2010: done and done!

Time to look back at 2010, I guess, although everybody does that and you can soon suffer from retrospective blog overload (hereafter referred to as RBO). However, over at Terrible Minds, Chuck Wendig tells us that regret is for asswipes, and gives us a nice, positive look back at his year. Likewise, Jennifer Williams sums up her (rather good) year over at The Liar’s Club, and I’m honoured to be included in her list of people worth a mention!

This year was good for me. I went to my first UK conventions (EasterCon, Alt Fiction, FantasyCon, Write Fantastic) and met some wonderful people, usually via Twitter first, and then in person! This time last year I mentioned Twitter as one of my top “things” for 2009, and this year is no different. Twitter is important and essential. Case closed.

There is one thing that has surprised me about 2010, however, and for a moment I’m going to ignore Chuck’s advice about regret and indulge in a little self-analysis. In 2010, I only wrote one novel − Ludmila, My Love, my supernatural space opera. This disappoints me, even though it shouldn’t, because I certainly was not idle this year. Actually, I wrote about 1.5 novels, more or less, if I include the end of Empire State and the beginning of Hang Wire. Also, alongside the first draft of Ludmila, my major project this year was editing Empire State. This was a fascinating and exhausting experience: the first draft became a second, and then a third, and then a fourth. I then assembled my team of beta-readers and gave them a month, and from their comments the fourth draft became a fifth and then a sixth. Fortunately, there were only two major pieces of re-writing needed. Oddly enough, these were the beginning and the end.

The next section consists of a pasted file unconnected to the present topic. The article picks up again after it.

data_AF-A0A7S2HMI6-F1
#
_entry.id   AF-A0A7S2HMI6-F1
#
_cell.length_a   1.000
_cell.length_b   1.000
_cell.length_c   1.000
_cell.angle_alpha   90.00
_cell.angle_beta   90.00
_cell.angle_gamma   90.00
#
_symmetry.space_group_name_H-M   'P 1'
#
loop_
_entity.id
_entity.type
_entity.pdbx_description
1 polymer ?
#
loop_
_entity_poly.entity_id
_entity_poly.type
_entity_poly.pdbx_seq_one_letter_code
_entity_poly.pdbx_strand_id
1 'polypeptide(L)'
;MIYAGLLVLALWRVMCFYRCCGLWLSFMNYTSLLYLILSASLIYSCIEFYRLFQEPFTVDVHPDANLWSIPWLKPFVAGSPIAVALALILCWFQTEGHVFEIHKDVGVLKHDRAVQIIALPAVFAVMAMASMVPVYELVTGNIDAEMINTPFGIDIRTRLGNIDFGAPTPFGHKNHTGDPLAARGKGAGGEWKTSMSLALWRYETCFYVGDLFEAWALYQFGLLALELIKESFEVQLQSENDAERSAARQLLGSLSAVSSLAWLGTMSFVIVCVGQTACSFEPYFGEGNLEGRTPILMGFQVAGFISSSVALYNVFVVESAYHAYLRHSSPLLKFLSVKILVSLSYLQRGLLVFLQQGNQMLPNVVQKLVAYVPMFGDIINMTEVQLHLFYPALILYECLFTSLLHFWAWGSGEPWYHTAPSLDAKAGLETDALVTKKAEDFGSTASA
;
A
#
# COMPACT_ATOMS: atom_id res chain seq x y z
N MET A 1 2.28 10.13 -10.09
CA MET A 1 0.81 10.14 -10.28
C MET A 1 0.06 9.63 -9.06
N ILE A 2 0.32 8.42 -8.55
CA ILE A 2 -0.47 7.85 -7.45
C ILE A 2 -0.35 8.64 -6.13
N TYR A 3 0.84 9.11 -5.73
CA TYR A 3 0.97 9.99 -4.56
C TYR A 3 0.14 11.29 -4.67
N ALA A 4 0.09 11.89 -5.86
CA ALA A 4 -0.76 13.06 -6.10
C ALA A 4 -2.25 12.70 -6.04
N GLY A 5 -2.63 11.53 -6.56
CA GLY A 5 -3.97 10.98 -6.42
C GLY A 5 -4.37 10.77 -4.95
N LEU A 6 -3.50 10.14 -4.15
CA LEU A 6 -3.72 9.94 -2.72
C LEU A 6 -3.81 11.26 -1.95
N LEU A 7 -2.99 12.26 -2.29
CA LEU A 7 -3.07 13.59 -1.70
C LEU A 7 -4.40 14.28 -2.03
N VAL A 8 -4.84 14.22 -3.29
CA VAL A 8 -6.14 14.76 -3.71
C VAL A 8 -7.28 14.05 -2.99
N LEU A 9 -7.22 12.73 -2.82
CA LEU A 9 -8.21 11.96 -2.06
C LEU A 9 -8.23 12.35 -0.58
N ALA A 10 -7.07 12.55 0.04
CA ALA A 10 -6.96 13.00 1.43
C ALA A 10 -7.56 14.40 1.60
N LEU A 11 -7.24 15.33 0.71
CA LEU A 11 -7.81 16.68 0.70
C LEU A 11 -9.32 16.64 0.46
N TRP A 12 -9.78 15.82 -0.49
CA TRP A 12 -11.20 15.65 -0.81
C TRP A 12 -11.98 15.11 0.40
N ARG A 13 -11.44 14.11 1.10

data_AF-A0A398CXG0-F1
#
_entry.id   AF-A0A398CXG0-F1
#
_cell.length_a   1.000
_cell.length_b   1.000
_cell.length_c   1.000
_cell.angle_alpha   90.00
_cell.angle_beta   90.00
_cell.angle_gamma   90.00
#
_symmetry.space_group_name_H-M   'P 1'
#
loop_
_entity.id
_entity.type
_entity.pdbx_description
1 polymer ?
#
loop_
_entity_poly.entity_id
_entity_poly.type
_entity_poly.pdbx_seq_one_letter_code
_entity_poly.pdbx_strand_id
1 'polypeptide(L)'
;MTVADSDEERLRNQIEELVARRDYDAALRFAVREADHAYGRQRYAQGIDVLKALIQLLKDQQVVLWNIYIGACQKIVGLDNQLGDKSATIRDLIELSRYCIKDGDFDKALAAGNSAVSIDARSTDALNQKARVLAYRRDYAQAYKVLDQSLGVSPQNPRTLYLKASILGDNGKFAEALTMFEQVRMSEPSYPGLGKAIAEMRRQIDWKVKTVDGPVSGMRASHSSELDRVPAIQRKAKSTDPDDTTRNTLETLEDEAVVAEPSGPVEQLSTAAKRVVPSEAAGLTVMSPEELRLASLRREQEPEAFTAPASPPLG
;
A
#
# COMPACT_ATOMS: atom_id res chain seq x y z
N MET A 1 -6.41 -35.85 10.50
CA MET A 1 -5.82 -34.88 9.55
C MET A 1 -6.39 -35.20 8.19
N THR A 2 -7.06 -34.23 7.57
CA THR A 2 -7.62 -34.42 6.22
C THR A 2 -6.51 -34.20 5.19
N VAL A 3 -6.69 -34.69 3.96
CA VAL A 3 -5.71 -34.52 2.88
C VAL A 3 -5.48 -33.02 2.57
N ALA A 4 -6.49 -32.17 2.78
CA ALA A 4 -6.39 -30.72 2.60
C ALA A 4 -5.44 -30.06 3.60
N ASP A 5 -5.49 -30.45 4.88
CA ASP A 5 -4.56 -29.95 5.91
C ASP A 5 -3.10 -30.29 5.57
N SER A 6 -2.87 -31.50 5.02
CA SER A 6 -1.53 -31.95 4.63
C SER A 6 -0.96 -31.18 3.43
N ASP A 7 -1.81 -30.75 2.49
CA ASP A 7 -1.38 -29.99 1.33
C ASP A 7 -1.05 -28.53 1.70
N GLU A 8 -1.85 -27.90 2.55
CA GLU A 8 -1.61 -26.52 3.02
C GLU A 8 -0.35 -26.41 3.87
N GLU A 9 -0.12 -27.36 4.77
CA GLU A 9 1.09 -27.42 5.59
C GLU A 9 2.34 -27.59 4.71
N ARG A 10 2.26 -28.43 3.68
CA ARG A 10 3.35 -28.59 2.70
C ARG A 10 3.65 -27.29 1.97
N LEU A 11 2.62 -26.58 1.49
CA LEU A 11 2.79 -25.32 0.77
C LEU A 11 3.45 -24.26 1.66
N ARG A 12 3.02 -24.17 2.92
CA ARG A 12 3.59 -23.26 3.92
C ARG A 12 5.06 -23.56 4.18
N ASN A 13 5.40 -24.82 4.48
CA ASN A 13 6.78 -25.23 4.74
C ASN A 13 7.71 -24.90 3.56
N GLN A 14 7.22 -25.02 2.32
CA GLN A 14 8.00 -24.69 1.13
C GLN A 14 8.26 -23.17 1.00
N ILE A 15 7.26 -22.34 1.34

The entire process took about two months − about the same amount of time as writing a first draft from scratch, actually, although a large chunk of that time was waiting for beta-reader returns. Editing an entire novel taught me a lot of things about story and about writing itself, as I purged habitual phrases and ticks and solved some fairly complex continuity and plot − I hesitate to use the terms “problems” or “holes” here, as they weren’t really. It was more working to clarify complicated situations.

It also taught me a lot about editing itself − this may sound obvious, but I was continually surprised by the capacity of the human mind to either ignore or miss mistakes or problems that were right there on the page. Four drafts in and there were still giant mistakes in the text, and on a couple of occasions it wasn’t until the very last beta-reader returned their manuscript that these would be highlighted. In some cases it was hilarious: a meaning-changing typo in a line, right next to two others that had been corrected in previous passes and all but one person spotted the remaining error. This happened more than once.

As well as writing one novel and editing another, I wrote more short fiction than I ever had − some of it very short (The Nightmare of You and Death in the Room, Nine Ladies Dancing), some of it longer (The Walker, a short story which I hope will appear in an anthology next year). There was also a sample chapter for something which I just finished this week, which is another 3500 words to add to the pile.